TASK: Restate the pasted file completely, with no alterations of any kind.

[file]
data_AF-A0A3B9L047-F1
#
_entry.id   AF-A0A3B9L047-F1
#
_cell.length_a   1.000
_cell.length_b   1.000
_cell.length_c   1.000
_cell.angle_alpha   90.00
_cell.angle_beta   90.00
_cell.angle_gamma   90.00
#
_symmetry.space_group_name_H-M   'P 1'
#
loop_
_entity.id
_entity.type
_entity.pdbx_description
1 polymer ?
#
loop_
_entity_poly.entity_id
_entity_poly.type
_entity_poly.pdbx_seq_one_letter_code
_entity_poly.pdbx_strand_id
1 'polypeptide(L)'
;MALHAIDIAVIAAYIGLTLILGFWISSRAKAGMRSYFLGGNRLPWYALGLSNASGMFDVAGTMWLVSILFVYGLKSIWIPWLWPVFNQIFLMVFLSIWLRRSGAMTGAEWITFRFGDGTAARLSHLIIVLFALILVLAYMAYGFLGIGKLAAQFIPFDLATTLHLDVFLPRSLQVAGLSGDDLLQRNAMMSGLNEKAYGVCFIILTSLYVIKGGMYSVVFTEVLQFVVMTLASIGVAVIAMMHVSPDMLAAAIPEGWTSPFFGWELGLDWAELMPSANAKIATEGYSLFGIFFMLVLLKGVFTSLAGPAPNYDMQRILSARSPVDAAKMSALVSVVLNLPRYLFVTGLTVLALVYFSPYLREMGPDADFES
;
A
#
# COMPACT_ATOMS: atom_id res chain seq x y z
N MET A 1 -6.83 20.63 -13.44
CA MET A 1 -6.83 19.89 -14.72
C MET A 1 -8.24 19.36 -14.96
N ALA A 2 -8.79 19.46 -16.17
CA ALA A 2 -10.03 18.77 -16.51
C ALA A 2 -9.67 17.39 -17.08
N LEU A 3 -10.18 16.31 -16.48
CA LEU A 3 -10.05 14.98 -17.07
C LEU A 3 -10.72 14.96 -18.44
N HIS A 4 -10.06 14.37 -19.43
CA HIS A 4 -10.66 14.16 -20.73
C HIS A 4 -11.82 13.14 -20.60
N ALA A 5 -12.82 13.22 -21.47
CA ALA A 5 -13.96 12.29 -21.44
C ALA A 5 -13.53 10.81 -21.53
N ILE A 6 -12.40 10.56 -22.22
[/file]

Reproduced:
data_AF-A0A3B9L047-F1
#
_entry.id   AF-A0A3B9L047-F1
#
_cell.length_a   1.000
_cell.length_b   1.000
_cell.length_c   1.000
_cell.angle_alpha   90.00
_cell.angle_beta   90.00
_cell.angle_gamma   90.00
#
_symmetry.space_group_name_H-M   'P 1'
#
loop_
_entity.id
_entity.type
_entity.pdbx_description
1 polymer ?
#
loop_
_entity_poly.entity_id
_entity_poly.type
_entity_poly.pdbx_seq_one_letter_code
_entity_poly.pdbx_strand_id
1 'polypeptide(L)'
;MALHAIDIAVIAAYIGLTLILGFWISSRAKAGMRSYFLGGNRLPWYALGLSNASGMFDVAGTMWLVSILFVYGLKSIWIPWLWPVFNQIFLMVFLSIWLRRSGAMTGAEWITFRFGDGTAARLSHLIIVLFALILVLAYMAYGFLGIGKLAAQFIPFDLATTLHLDVFLPRSLQVAGLSGDDLLQRNAMMSGLNEKAYGVCFIILTSLYVIKGGMYSVVFTEVLQFVVMTLASIGVAVIAMMHVSPDMLAAAIPEGWTSPFFGWELGLDWAELMPSANAKIATEGYSLFGIFFMLVLLKGVFTSLAGPAPNYDMQRILSARSPVDAAKMSALVSVVLNLPRYLFVTGLTVLALVYFSPYLREMGPDADFES
;
A
#
# COMPACT_ATOMS: atom_id res chain seq x y z
N MET A 1 -6.83 20.63 -13.44
CA MET A 1 -6.83 19.89 -14.72
C MET A 1 -8.24 19.36 -14.96
N ALA A 2 -8.79 19.46 -16.17
CA ALA A 2 -10.03 18.77 -16.51
C ALA A 2 -9.67 17.39 -17.08
N LEU A 3 -10.18 16.31 -16.48
CA LEU A 3 -10.05 14.98 -17.07
C LEU A 3 -10.72 14.96 -18.44
N HIS A 4 -10.06 14.37 -19.43
CA HIS A 4 -10.66 14.16 -20.73
C HIS A 4 -11.82 13.14 -20.60
N ALA A 5 -12.82 13.22 -21.47
CA ALA A 5 -13.96 12.29 -21.44
C ALA A 5 -13.53 10.81 -21.53
N ILE A 6 -12.40 10.56 -22.22